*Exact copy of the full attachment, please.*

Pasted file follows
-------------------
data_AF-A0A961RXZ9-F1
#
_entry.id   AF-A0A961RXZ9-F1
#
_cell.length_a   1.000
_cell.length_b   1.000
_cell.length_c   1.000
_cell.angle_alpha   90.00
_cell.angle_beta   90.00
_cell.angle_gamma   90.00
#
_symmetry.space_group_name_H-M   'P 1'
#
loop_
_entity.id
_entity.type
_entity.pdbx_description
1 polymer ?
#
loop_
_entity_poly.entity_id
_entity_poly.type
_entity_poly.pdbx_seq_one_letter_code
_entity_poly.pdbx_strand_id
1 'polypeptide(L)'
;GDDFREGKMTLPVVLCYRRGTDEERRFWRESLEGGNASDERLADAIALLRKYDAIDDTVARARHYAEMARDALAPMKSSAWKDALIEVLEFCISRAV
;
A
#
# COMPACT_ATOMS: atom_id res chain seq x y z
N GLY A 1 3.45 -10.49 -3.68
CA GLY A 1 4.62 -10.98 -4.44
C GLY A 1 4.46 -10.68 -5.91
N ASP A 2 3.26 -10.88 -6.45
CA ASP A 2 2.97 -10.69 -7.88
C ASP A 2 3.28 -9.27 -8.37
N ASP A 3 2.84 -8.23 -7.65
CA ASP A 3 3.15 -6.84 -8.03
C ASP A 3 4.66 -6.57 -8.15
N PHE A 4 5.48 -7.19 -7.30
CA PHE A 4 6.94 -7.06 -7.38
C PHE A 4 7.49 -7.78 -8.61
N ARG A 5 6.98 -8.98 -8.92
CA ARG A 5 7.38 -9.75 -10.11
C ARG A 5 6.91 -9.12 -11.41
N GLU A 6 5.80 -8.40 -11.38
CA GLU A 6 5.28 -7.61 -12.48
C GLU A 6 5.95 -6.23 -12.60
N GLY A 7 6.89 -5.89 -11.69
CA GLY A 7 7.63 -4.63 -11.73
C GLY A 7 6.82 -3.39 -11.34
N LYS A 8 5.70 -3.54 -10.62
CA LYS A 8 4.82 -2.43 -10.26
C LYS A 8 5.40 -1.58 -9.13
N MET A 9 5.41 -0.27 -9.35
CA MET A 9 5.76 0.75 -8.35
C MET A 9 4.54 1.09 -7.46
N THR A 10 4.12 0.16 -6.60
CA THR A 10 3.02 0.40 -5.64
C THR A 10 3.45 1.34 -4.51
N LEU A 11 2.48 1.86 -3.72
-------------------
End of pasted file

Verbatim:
data_AF-A0A961RXZ9-F1
#
_entry.id   AF-A0A961RXZ9-F1
#
_cell.length_a   1.000
_cell.length_b   1.000
_cell.length_c   1.000
_cell.angle_alpha   90.00
_cell.angle_beta   90.00
_cell.angle_gamma   90.00
#
_symmetry.space_group_name_H-M   'P 1'
#
loop_
_entity.id
_entity.type
_entity.pdbx_description
1 polymer ?
#
loop_
_entity_poly.entity_id
_entity_poly.type
_entity_poly.pdbx_seq_one_letter_code
_entity_poly.pdbx_strand_id
1 'polypeptide(L)'
;GDDFREGKMTLPVVLCYRRGTDEERRFWRESLEGGNASDERLADAIALLRKYDAIDDTVARARHYAEMARDALAPMKSSAWKDALIEVLEFCISRAV
;
A
#
# COMPACT_ATOMS: atom_id res chain seq x y z
N GLY A 1 3.45 -10.49 -3.68
CA GLY A 1 4.62 -10.98 -4.44
C GLY A 1 4.46 -10.68 -5.91
N ASP A 2 3.26 -10.88 -6.45
CA ASP A 2 2.97 -10.69 -7.88
C ASP A 2 3.28 -9.27 -8.37
N ASP A 3 2.84 -8.23 -7.65
CA ASP A 3 3.15 -6.84 -8.03
C ASP A 3 4.66 -6.57 -8.15
N PHE A 4 5.48 -7.19 -7.30
CA PHE A 4 6.94 -7.06 -7.38
C PHE A 4 7.49 -7.78 -8.61
N ARG A 5 6.98 -8.98 -8.92
CA ARG A 5 7.38 -9.75 -10.11
C ARG A 5 6.91 -9.12 -11.41
N GLU A 6 5.80 -8.40 -11.38
CA GLU A 6 5.28 -7.61 -12.48
C GLU A 6 5.95 -6.23 -12.60
N GLY A 7 6.89 -5.89 -11.69
CA GLY A 7 7.63 -4.63 -11.73
C GLY A 7 6.82 -3.39 -11.34
N LYS A 8 5.70 -3.54 -10.62
CA LYS A 8 4.82 -2.43 -10.26
C LYS A 8 5.40 -1.58 -9.13
N MET A 9 5.41 -0.27 -9.35
CA MET A 9 5.76 0.75 -8.35
C MET A 9 4.54 1.09 -7.46
N THR A 10 4.12 0.16 -6.60
CA THR A 10 3.02 0.40 -5.64
C THR A 10 3.45 1.34 -4.51
N LEU A 11 2.48 1.86 -3.72